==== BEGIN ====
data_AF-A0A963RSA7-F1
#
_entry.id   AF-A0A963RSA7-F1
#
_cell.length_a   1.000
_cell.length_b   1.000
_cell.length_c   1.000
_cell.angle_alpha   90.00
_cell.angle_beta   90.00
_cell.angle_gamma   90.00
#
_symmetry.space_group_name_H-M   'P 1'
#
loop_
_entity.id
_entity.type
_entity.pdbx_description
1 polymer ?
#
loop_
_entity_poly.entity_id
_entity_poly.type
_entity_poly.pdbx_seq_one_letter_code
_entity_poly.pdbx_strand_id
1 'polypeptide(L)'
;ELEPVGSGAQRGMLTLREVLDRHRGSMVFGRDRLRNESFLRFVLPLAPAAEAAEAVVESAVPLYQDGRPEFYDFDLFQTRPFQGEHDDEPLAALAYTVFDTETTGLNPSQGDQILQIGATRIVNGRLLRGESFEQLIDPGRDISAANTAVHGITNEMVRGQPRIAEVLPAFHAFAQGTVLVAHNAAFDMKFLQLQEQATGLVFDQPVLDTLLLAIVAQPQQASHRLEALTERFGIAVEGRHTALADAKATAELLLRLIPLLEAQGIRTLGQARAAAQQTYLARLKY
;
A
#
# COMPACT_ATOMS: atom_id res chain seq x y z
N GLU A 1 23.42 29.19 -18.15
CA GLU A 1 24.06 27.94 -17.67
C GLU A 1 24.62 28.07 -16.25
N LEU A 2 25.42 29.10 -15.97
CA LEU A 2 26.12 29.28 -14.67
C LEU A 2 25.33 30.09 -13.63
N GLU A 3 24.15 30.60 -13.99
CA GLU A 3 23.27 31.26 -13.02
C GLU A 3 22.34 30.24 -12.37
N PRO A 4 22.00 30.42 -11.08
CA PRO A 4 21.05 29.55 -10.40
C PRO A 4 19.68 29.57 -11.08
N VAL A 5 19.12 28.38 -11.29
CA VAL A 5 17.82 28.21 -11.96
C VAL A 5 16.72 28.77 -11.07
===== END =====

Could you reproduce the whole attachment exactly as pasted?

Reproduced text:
data_AF-A0A963RSA7-F1
#
_entry.id   AF-A0A963RSA7-F1
#
_cell.length_a   1.000
_cell.length_b   1.000
_cell.length_c   1.000
_cell.angle_alpha   90.00
_cell.angle_beta   90.00
_cell.angle_gamma   90.00
#
_symmetry.space_group_name_H-M   'P 1'
#
loop_
_entity.id
_entity.type
_entity.pdbx_description
1 polymer ?
#
loop_
_entity_poly.entity_id
_entity_poly.type
_entity_poly.pdbx_seq_one_letter_code
_entity_poly.pdbx_strand_id
1 'polypeptide(L)'
;ELEPVGSGAQRGMLTLREVLDRHRGSMVFGRDRLRNESFLRFVLPLAPAAEAAEAVVESAVPLYQDGRPEFYDFDLFQTRPFQGEHDDEPLAALAYTVFDTETTGLNPSQGDQILQIGATRIVNGRLLRGESFEQLIDPGRDISAANTAVHGITNEMVRGQPRIAEVLPAFHAFAQGTVLVAHNAAFDMKFLQLQEQATGLVFDQPVLDTLLLAIVAQPQQASHRLEALTERFGIAVEGRHTALADAKATAELLLRLIPLLEAQGIRTLGQARAAAQQTYLARLKY
;
A
#
# COMPACT_ATOMS: atom_id res chain seq x y z
N GLU A 1 23.42 29.19 -18.15
CA GLU A 1 24.06 27.94 -17.67
C GLU A 1 24.62 28.07 -16.25
N LEU A 2 25.42 29.10 -15.97
CA LEU A 2 26.12 29.28 -14.67
C LEU A 2 25.33 30.09 -13.63
N GLU A 3 24.15 30.60 -13.99
CA GLU A 3 23.27 31.26 -13.02
C GLU A 3 22.34 30.24 -12.37
N PRO A 4 22.00 30.42 -11.08
CA PRO A 4 21.05 29.55 -10.40
C PRO A 4 19.68 29.57 -11.08
N VAL A 5 19.12 28.38 -11.29
CA VAL A 5 17.82 28.21 -11.96
C VAL A 5 16.72 28.77 -11.07